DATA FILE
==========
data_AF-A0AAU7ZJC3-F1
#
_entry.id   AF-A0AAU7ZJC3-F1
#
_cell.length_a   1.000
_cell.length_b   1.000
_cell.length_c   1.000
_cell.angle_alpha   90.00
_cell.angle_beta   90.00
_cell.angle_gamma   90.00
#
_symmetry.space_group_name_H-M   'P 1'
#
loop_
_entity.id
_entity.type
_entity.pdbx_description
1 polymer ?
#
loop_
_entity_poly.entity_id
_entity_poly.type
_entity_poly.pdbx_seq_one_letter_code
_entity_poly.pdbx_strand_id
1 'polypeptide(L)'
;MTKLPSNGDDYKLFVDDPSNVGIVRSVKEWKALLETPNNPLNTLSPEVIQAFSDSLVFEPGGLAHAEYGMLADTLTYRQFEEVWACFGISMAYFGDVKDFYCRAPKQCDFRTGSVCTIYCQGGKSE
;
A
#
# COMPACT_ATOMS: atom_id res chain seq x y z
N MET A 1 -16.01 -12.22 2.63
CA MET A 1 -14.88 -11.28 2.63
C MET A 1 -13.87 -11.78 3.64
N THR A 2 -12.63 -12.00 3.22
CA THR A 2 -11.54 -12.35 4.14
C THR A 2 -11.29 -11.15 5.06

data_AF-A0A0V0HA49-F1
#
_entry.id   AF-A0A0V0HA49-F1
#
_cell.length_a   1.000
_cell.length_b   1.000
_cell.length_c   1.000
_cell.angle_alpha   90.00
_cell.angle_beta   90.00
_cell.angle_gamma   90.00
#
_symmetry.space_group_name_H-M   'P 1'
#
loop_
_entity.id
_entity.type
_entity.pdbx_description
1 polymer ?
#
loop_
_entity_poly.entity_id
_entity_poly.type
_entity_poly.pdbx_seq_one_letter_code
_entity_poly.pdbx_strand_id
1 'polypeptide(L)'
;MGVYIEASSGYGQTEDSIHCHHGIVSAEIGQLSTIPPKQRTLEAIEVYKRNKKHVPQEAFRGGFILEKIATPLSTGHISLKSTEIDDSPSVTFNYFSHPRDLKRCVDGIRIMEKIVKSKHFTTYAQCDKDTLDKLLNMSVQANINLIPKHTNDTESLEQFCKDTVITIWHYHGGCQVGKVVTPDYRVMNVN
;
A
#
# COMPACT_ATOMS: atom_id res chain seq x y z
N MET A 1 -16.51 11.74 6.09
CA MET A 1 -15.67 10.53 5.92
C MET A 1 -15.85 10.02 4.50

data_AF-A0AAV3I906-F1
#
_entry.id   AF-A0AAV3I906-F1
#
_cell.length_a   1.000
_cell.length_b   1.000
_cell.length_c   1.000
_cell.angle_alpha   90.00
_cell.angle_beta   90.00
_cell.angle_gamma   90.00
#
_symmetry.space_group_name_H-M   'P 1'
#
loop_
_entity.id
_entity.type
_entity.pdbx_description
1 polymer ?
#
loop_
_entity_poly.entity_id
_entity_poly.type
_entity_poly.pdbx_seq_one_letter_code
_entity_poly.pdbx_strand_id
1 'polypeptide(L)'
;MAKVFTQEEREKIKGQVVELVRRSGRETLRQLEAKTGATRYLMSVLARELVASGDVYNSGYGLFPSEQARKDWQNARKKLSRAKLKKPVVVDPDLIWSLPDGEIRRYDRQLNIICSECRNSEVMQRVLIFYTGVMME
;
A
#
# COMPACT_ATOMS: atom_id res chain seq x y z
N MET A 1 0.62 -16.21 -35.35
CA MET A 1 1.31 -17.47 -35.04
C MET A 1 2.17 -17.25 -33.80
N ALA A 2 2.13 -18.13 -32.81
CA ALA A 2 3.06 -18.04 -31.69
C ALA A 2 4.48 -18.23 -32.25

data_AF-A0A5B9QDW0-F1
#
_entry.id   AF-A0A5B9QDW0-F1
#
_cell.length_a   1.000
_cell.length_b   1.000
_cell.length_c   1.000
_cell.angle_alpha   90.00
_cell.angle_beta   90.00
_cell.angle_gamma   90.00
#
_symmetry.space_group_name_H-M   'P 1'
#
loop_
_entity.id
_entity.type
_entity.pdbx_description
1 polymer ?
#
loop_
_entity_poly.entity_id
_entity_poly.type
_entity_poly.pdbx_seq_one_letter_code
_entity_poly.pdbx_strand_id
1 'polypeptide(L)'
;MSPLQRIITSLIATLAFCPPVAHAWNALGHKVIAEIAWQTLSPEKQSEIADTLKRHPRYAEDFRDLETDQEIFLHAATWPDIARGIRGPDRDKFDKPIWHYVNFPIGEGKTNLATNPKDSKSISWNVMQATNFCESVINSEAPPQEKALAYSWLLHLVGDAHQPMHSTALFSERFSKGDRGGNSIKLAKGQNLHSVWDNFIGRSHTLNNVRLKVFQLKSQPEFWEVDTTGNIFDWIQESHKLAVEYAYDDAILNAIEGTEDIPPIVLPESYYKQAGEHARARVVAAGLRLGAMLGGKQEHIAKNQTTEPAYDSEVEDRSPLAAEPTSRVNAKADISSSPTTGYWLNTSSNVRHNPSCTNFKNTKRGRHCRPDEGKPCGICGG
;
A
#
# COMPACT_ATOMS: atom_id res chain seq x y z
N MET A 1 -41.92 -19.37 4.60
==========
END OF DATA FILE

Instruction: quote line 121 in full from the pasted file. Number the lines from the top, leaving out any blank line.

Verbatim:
_entity.type